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We need your memories of the Lea Road Infant Welfare Centre in Wolverhampton

Lea Road Infant Welfare Centre

19 July 2018

Seventy years ago this July, the NHS was born! This will be a key story within our new 1940s-60s town, told via the ambitious recreation of Wolverhampton’s Lea Road Infant Welfare Centre.

We’re now looking for memories and objects surrounding this building to help bring its story to life. Wolverhampton Borough Council sanctioned several of these centres in the 1920s, including the one on Lea Road which opened on 25 June 1928.

It was designed to provide somewhere for expectant and new mothers to meet, learn about their baby’s health – and their own maternal health – and have their children fed, weighed and vaccinated.

Visitors to Lea Road in the 1950s and 1960s would have found a busy environment, overseen by staff and volunteers. The main hall was a waiting room, but doubled up as a venue for ante-natal and “mothercraft” classes, baby clothes sales, and as a social gathering for new mothers – always with a fresh cup of tea in hand. Worried new mums could receive advice on anything from birthing anaesthetics to family planning – though this was strictly for married women only.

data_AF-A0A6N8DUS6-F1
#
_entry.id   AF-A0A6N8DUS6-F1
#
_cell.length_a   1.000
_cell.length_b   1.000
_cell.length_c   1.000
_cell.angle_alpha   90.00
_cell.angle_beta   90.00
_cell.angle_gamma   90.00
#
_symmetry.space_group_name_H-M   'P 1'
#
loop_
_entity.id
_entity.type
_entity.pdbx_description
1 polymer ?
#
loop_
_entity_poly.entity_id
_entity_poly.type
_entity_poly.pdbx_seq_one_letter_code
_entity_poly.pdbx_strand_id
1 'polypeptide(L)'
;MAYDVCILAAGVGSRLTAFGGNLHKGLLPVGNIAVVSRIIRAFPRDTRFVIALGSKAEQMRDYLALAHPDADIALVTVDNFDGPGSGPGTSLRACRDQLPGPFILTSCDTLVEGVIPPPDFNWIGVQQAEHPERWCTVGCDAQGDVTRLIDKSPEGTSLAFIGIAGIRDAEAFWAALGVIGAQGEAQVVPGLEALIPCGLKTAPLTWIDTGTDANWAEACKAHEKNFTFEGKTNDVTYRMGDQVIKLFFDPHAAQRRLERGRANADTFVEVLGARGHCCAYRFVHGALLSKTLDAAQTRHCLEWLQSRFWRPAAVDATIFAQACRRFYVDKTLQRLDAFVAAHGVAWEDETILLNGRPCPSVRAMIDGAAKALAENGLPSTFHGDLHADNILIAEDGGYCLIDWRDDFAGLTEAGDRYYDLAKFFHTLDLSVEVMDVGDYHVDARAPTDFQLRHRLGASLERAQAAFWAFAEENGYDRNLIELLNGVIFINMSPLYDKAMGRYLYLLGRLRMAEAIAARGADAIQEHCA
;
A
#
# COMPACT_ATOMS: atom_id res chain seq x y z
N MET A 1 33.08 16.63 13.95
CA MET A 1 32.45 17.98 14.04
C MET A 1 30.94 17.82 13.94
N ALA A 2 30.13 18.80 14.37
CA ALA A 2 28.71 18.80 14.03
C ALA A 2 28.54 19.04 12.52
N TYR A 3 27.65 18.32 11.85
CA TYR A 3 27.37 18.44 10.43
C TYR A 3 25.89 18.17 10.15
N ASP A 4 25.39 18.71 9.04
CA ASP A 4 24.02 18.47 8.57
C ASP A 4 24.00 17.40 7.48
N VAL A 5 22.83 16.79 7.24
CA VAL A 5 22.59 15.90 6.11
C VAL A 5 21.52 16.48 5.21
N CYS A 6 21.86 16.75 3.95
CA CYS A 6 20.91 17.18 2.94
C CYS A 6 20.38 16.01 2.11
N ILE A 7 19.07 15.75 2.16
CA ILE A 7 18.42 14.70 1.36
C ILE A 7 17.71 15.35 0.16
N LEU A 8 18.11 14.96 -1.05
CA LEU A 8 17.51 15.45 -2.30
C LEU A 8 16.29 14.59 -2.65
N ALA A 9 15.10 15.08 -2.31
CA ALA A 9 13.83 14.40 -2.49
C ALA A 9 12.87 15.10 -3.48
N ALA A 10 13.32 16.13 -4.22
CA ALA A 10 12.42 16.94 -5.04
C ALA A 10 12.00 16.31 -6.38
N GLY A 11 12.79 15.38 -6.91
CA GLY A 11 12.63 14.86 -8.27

Babies were weighed and checked regularly, and vaccinated against a range of diseases. Outbreaks of measles, smallpox and polio still occurred from time to time, and diphtheria was a particular Black Country problem: at points during the 1950s, for example, Coseley was responsible for a third of all cases nationally! Most memorably, the centres also distributed welfare foods: vitamins, bottles of thick, sticky orange juice, tins of National Dried Milk, and the hated cod liver oil.

Lea Road eventually closed in the 1970s as services were transferred to more modern buildings. Black Country Living Museum is seeking memories of this Infant Welfare Centre in the 1940s to 1960s, to inform our recreation of it in BCLM: Forging Ahead. Upon completion in 2022, visitors will be able to step back in time and learn about the birth of the NHS and the lives of young children and mothers in the post-war period.

Did you work or visit there? Did you visit Lea Road as a young mother? Can you still recall the taste of cod liver oil in the clinic? Do you remember the staff, or other visitors?

If you have any information or objects you’d like to share to help in our recreation, please get in touch with our collections team!

For more information please visit

How to contact us

If you or anyone you know remembers the Infant Welfare Centre, please get in touch via:

Tel: 0121 557 9643


Post address: Collections Team, Black Country Living Museum, Tipton Road, Dudley, West Midlands, DY1 4SQ



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